A sizeable proportion of Americans are dealing with obesity-related chronic diseases. People who are overweight or obese are at higher risk of a variety of conditions that include coronary heart disease (affecting 17.6 million American adults), diabetes (about 17 million adults, most of whom have type 2 diabetes), and high blood pressure (one-third of American adults). Sleep apnea, osteoarthritis, stroke, and obesity-related cancer affect millions more.
Chronic conditions linked to obesity can be expensive to treat. They can reduce your quality of life and even lead to an early death. That's the bad news. But here's the good news: You can take steps to reduce the impact that these diseases have on your life, both on your own and working with your doctor.
Ask what you can do to stay healthy. For most people, obesity-related diseases develop over years. As a result, a few trips to the doctor's office or hospital aren't typically going to completely fix the problem. However, the effort you put into changing your lifestyle, day in and day out, can make a big difference. So ask your doctor what you can do under your own power to make a difference in your health. Several helpful tips include:
-Get down to a healthy weight. Ask your doctor what weight would be ideal for you. Ask whether your chronic condition will affect your ability to safely exercise or change your diet. If it does, ask your doctor which kinds of exercises or diet changes you can safely begin. And ask if the doctor can recommend a dietitian or exercise professional for you to visit.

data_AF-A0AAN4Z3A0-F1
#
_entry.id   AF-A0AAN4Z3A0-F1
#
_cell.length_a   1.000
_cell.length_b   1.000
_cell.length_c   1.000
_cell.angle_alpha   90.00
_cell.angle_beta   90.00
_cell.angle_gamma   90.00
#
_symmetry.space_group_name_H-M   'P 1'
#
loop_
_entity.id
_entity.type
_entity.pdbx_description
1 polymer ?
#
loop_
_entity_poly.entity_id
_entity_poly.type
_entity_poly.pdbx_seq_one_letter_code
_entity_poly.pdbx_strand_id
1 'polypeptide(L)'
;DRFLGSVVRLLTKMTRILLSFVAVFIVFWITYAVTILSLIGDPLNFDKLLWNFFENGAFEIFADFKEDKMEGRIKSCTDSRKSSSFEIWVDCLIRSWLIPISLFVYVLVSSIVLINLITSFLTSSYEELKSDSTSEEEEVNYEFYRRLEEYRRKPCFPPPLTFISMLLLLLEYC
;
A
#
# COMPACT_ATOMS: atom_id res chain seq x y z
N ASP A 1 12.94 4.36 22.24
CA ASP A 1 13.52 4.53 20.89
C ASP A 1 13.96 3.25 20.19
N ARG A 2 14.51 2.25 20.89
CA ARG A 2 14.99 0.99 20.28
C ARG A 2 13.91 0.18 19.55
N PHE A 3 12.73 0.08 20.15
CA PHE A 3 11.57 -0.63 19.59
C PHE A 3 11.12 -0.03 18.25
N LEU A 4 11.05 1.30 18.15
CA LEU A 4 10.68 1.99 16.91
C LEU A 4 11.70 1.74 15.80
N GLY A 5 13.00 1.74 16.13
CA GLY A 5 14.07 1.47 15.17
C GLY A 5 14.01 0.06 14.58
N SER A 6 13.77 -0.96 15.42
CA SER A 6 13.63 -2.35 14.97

-Keep track of your numbers. If you have high blood pressure or diabetes, discuss whether you should monitor your blood pressure or blood sugar regularly. If so, simple devices will allow you to track your numbers at home. Keep a record of your measurements, which can help your doctor adjust your medications if necessary.
-Stick to the treatment. An issue that affects many people's ability to keep their chronic diseases in check is nonadherence. This simply means that they're not sticking to their doctor's recommendations. People may stop taking their blood pressure medicine over time or abandon the pressurized-air mask that helps them sleep despite apnea, for example.
-People abandon their treatments for many reasons: they can't afford a drug, they don't like the side effects of a treatment, or they don't feel like it's working. For many chronic diseases, though, you need to use the treatment for years or even decades. As a result, when your doctor recommends a drug or other approach for a chronic disease, try to make sure it's something you can stick with before you leave the office. If you think you can't afford a drug, say so. Your doctor may be able to prescribe a cheaper one. If you later discover that you're having a hard time sticking with a treatment due to inconvenience or other issues, go back and discuss it with your doctor instead of just abandoning it.
More tips can be found in my upcoming book, The New Prescription, available May 2011.